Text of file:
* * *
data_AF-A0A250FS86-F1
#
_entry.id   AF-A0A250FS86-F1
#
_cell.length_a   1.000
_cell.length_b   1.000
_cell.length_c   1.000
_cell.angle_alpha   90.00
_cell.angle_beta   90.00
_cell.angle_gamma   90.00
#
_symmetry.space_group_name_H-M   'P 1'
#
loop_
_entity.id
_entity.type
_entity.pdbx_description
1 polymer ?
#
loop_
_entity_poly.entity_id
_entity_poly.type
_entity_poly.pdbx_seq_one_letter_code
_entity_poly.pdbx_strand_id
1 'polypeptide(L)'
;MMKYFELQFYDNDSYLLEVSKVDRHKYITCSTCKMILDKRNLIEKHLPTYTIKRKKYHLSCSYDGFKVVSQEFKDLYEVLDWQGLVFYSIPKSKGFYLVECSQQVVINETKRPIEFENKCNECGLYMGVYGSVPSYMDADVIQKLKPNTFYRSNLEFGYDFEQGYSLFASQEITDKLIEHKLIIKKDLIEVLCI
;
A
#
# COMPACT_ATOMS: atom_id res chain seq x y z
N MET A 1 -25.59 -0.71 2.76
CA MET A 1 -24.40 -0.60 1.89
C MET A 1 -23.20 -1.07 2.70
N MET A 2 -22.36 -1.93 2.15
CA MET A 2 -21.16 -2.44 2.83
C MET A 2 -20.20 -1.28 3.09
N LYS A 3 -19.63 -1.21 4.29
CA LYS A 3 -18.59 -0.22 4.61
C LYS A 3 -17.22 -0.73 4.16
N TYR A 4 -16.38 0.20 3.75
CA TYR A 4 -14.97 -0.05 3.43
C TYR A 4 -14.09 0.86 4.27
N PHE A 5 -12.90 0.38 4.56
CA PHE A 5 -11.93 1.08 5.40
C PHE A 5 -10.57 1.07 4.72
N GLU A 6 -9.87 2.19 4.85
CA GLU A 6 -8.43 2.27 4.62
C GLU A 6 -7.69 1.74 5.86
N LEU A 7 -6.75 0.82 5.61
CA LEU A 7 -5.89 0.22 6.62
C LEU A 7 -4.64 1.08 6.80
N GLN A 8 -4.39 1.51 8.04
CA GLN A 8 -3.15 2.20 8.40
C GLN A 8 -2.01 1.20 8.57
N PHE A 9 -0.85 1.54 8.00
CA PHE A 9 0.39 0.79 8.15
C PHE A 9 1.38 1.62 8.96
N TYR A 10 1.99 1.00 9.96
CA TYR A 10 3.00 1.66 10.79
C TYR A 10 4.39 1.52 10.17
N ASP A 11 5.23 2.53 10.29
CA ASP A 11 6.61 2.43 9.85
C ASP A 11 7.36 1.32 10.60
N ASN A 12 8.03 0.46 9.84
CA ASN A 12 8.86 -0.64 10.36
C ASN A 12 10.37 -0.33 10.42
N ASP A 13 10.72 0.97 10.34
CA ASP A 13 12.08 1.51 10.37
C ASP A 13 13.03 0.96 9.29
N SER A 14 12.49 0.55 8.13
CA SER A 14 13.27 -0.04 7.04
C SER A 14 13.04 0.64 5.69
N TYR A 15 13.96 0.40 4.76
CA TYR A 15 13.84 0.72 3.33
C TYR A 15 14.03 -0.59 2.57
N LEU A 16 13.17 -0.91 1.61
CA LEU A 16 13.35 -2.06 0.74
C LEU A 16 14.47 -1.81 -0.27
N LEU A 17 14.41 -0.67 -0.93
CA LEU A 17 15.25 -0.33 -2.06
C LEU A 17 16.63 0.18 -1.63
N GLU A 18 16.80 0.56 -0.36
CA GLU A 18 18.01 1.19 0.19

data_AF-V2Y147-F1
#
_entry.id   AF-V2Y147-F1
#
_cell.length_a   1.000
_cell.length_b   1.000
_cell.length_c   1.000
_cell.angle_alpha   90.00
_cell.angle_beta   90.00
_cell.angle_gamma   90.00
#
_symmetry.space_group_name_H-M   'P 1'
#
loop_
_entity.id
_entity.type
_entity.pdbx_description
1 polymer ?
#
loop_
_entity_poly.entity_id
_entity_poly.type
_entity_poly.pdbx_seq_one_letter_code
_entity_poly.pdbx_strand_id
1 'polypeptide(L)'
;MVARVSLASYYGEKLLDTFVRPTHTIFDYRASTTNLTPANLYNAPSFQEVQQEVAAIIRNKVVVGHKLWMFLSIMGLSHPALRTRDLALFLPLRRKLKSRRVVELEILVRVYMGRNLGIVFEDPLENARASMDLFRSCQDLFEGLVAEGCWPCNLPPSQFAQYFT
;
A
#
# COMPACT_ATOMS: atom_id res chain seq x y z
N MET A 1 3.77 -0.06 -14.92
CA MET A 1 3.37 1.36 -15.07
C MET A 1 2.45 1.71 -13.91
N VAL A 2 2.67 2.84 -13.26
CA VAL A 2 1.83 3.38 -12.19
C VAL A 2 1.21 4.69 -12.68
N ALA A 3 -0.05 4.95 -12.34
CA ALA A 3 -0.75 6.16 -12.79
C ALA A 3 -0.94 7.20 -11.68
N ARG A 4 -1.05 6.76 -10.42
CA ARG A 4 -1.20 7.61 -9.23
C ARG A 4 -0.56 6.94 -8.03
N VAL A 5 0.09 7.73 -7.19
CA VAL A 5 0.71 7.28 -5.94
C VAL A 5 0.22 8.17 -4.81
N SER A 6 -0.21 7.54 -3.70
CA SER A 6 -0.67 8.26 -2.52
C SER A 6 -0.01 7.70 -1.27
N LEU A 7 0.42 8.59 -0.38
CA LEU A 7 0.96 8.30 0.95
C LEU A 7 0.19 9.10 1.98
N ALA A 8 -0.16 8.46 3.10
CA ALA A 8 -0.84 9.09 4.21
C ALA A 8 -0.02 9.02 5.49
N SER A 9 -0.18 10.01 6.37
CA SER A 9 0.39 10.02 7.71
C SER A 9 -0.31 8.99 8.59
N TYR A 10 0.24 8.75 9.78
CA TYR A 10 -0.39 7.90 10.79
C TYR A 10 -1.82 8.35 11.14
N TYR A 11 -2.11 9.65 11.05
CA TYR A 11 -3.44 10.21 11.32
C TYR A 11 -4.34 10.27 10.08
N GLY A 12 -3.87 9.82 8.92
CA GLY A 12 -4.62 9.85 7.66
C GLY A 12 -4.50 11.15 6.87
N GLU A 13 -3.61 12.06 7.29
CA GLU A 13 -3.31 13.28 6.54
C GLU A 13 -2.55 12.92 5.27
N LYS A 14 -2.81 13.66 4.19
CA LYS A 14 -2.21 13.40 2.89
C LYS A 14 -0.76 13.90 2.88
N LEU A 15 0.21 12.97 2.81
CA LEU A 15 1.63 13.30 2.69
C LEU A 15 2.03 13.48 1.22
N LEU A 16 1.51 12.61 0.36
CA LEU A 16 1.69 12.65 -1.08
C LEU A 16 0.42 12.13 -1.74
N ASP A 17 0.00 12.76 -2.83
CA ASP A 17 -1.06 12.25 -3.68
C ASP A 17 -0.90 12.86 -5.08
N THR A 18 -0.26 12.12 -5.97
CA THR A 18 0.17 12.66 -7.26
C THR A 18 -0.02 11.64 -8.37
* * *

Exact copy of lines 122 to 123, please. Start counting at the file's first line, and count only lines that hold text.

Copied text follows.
C ALA A 3 -0.94 7.20 -11.68
N ARG A 4 -1.05 6.76 -10.42